“As always.”

“Then your mom will be fine. Katie will be there to take care of her.”

“True.” Katie is studying in her room. I could easily sneak out the door without her noticing.

“All right, so come on. Meet me at the bank.”

“The bank? Do you plan on robbing it?”

He laughs from the other end of the line. “No. For old time’s sake.”

“Fine. I’m coming.”

When I get to the bank, Josh is sitting on his car. He brought cookies.

He pats the hood of his car, and climb onto it and sit beside him.

“Happy one-month anniversary,” he says, grinning. “Cookie?”

I kiss him, take a cookie, and when I take a bite, I realize something amazing. He remembered the M&Ms.


12 Days

“What’s your favorite color?”

“My favorite color?” I ask. “Really?”

“Answer the question,” he says.

“Fine. Orange.”


“Yes, orange. Is that a problem?”

Josh laughs. “No, orange is great. My favorite color is violet.”


“What?” he asks, innocently. “It is. What’s your favorite candy?”

I think for a moment, then say, “M&Ms.”

He smiles. “And do you like them in cookies?”

“Of course.”

“I’ll remember that.”



I’m walking out of the bank when I feel someone tap my shoulder. A guy with messy brown hair and a smile is holding out a penny.

“I think this is yours,” he says.

“A penny?” I ask. “You stopped me because I dropped a penny?”

“No, you didn’t. I just needed an excuse to talk to you.”

I nod and turn away, heading for my car. “Smooth.”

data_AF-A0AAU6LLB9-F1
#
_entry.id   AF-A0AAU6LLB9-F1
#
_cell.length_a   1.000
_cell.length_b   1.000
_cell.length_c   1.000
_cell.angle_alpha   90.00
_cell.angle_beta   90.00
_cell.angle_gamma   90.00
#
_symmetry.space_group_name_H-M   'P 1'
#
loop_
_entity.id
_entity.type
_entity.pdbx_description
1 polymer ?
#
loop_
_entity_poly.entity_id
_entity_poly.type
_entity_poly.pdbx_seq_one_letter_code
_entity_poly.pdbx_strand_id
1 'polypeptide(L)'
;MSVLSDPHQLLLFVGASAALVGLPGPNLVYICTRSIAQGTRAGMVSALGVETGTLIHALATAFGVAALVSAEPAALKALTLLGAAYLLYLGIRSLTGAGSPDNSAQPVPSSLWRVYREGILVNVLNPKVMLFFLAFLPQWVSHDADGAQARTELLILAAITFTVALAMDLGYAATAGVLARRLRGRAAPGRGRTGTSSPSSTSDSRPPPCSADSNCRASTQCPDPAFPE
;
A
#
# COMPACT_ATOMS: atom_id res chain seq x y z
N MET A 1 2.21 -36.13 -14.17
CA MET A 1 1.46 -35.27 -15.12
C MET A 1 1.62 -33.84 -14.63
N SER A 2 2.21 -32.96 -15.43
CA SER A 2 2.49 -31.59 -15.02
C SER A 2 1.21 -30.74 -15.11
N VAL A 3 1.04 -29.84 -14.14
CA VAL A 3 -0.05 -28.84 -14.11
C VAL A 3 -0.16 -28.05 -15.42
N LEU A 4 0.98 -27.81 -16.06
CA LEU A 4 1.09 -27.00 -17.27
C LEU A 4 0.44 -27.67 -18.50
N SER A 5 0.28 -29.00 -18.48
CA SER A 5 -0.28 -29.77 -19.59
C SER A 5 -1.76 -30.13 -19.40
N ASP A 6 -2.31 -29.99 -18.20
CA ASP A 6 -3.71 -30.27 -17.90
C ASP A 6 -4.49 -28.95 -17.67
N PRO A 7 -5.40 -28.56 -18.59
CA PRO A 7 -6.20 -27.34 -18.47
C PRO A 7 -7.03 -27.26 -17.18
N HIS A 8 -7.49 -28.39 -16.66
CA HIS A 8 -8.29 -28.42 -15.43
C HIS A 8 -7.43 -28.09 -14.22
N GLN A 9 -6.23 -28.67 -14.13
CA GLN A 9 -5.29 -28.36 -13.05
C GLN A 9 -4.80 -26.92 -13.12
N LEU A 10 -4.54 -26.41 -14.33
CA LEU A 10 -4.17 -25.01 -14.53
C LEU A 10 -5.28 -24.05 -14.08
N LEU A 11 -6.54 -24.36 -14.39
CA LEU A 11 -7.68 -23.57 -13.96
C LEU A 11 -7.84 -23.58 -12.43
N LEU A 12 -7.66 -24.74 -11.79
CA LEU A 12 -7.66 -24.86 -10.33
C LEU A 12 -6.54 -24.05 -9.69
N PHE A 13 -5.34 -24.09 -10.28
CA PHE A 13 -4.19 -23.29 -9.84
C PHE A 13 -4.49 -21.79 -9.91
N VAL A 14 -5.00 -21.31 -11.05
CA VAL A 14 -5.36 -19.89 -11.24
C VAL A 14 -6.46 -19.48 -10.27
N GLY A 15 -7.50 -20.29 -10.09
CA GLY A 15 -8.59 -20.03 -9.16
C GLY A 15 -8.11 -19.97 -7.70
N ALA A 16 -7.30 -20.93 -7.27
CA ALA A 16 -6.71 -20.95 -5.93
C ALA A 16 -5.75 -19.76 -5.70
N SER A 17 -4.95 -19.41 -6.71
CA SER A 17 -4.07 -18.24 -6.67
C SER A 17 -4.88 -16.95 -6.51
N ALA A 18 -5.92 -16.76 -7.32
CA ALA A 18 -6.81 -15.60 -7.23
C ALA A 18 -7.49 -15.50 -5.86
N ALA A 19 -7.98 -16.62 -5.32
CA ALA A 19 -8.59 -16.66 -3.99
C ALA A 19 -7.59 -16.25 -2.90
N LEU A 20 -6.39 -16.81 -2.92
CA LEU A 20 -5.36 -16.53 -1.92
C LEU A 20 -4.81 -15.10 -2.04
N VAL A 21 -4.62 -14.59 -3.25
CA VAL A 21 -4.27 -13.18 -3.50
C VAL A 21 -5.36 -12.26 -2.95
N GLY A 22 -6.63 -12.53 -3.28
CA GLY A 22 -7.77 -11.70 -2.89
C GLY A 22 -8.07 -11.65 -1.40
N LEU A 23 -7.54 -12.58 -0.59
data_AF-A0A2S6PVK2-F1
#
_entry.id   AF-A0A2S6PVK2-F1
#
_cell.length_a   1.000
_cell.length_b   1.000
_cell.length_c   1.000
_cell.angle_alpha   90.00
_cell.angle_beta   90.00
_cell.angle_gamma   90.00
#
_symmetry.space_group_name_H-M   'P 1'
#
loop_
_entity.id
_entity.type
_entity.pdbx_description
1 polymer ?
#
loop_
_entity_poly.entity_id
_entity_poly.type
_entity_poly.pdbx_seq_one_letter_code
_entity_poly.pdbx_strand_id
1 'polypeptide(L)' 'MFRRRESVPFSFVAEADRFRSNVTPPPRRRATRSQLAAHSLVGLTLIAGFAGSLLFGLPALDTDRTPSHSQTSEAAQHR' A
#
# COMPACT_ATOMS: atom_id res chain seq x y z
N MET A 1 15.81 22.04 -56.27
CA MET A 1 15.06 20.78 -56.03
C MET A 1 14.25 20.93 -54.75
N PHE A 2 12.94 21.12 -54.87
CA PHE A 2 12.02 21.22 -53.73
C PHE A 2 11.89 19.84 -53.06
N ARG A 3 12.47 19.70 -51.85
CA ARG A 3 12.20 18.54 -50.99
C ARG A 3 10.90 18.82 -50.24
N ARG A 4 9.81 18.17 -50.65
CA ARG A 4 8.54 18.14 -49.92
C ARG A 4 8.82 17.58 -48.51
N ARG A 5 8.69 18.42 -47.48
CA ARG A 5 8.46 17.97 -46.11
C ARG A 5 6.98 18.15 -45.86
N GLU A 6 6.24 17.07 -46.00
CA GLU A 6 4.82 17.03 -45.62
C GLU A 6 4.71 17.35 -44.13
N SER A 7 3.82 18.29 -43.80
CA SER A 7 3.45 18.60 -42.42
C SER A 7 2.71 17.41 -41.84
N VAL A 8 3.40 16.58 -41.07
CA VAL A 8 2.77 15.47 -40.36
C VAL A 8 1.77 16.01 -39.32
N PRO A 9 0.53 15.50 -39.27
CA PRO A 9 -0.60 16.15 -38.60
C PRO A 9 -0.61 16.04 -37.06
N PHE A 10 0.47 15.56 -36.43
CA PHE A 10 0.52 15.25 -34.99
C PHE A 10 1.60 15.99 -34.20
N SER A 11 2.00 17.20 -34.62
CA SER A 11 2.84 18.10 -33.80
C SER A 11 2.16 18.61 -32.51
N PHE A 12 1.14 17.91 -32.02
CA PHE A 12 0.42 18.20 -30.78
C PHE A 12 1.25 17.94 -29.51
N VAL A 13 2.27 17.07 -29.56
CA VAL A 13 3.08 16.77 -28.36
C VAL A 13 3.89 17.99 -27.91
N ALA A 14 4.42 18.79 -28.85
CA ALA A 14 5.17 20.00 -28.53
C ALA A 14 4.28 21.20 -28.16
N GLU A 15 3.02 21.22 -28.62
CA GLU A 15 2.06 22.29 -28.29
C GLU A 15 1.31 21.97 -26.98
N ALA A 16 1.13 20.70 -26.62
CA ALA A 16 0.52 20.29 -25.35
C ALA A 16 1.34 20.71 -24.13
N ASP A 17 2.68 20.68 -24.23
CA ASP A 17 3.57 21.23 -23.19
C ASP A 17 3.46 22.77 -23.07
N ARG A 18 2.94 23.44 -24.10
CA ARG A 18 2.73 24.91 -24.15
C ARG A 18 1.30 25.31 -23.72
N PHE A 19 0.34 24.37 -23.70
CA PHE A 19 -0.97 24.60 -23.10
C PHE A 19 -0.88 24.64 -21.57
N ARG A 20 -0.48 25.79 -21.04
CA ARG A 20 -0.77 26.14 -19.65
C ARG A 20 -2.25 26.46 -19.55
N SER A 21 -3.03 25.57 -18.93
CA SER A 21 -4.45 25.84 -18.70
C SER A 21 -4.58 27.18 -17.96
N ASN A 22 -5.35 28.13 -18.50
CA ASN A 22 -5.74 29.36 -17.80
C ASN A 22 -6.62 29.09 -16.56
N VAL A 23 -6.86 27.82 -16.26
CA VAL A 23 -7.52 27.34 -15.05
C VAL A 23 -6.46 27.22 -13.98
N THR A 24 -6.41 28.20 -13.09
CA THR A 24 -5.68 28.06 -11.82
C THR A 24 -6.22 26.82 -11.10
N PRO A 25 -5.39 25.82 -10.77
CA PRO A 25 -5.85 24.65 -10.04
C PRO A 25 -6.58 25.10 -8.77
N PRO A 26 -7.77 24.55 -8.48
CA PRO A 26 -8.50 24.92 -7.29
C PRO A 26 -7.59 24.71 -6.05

“Wait,” he yells, and jogs to my side.


“Will you go on a date with me if I can flip his coin and it lands on heads?”

“Yeah, right.”

“How about if it lands on heads three times? Consecutively.”

I cross my arms, and lean on one foot. “Try it.”

He grins, and flips the coin. It lands back in his hand. Heads.

“Not impressed.”

He flips it again. Heads.

I shift my weight to the other foot.

He flips the coin again. Heads.

“Looks like we have a date,” he says, grinning.

“Fat chance.” I walk back to my car, buckle my seatbelt, and when I turn back to the steering wheel, he’s standing at my window.

“Would you get away from me? You flipped a coin. I’m not going on a date with you.”

He’s still smiling. “I think you should.”

“Well I’m not.”

He lifts up some car keys and shakes them. My car keys. “Maybe you’d like your keys back.”

“Hand them over.”

“Do we have a date?” he asks.


He puts the keys in his pocket. “I’ll be sitting on my car when you decide we have a date.”

I wait ten minutes, hoping he’ll just cave in and give me my keys back. He continues to sit on the hood of his car. Katie was expecting me to be home half an hour ago. I get out of the car and walk over to his. He opens one eye, and pats the hood beside him.

I sit on the car, and he hands me my car keys.

I start to get off the car, when he says, “What’s your name?” I don’t turn around.


“Hey, Violet?” I reluctantly turn to face him. He‘s holding out a small bag of candy. “Want an M&M?”

I sigh. “Why not.”

“But you still have to go on a date with me.”

“As long as you don’t keep my keys from me again.”

“Deal,” he says, and pours the rest of the M&Ms into my hand. He stuffs the bag into his pocket, then retrieves a penny. “I have a secret.”

He smiles as he flips the coin. Both sides are heads.